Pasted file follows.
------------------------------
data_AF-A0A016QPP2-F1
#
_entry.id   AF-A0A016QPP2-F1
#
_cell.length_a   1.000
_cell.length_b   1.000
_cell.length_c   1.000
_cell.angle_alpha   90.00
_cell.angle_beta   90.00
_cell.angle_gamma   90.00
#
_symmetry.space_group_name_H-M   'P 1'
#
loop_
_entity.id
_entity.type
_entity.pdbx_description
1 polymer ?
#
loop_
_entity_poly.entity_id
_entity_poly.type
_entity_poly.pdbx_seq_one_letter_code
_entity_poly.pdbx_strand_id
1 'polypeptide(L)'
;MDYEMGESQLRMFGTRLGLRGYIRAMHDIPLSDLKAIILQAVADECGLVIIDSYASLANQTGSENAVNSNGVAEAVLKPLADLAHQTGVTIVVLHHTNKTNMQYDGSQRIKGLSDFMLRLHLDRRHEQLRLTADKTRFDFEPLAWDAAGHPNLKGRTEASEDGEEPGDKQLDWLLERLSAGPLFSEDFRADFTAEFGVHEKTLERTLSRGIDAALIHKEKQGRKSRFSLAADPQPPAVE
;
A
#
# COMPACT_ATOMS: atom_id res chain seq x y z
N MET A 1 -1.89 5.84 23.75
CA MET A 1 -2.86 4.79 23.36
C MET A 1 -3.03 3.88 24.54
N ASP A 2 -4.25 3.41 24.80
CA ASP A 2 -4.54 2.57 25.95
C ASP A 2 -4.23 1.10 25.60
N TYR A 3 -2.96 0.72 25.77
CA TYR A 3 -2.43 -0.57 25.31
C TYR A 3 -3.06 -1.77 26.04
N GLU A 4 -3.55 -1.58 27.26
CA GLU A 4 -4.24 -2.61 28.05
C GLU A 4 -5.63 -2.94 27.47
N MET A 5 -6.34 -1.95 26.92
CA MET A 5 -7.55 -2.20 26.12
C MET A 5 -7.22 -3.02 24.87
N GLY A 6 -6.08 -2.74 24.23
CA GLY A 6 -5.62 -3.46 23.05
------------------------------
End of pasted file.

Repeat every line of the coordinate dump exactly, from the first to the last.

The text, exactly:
data_AF-A0A016QPP2-F1
#
_entry.id   AF-A0A016QPP2-F1
#
_cell.length_a   1.000
_cell.length_b   1.000
_cell.length_c   1.000
_cell.angle_alpha   90.00
_cell.angle_beta   90.00
_cell.angle_gamma   90.00
#
_symmetry.space_group_name_H-M   'P 1'
#
loop_
_entity.id
_entity.type
_entity.pdbx_description
1 polymer ?
#
loop_
_entity_poly.entity_id
_entity_poly.type
_entity_poly.pdbx_seq_one_letter_code
_entity_poly.pdbx_strand_id
1 'polypeptide(L)'
;MDYEMGESQLRMFGTRLGLRGYIRAMHDIPLSDLKAIILQAVADECGLVIIDSYASLANQTGSENAVNSNGVAEAVLKPLADLAHQTGVTIVVLHHTNKTNMQYDGSQRIKGLSDFMLRLHLDRRHEQLRLTADKTRFDFEPLAWDAAGHPNLKGRTEASEDGEEPGDKQLDWLLERLSAGPLFSEDFRADFTAEFGVHEKTLERTLSRGIDAALIHKEKQGRKSRFSLAADPQPPAVE
;
A
#
# COMPACT_ATOMS: atom_id res chain seq x y z
N MET A 1 -1.89 5.84 23.75
CA MET A 1 -2.86 4.79 23.36
C MET A 1 -3.03 3.88 24.54
N ASP A 2 -4.25 3.41 24.80
CA ASP A 2 -4.54 2.57 25.95
C ASP A 2 -4.23 1.10 25.60
N TYR A 3 -2.96 0.72 25.77
CA TYR A 3 -2.43 -0.57 25.31
C TYR A 3 -3.06 -1.77 26.04
N GLU A 4 -3.55 -1.58 27.26
CA GLU A 4 -4.24 -2.61 28.05
C GLU A 4 -5.63 -2.94 27.47
N MET A 5 -6.34 -1.95 26.92
CA MET A 5 -7.55 -2.20 26.12
C MET A 5 -7.22 -3.02 24.87
N GLY A 6 -6.08 -2.74 24.23
CA GLY A 6 -5.62 -3.46 23.05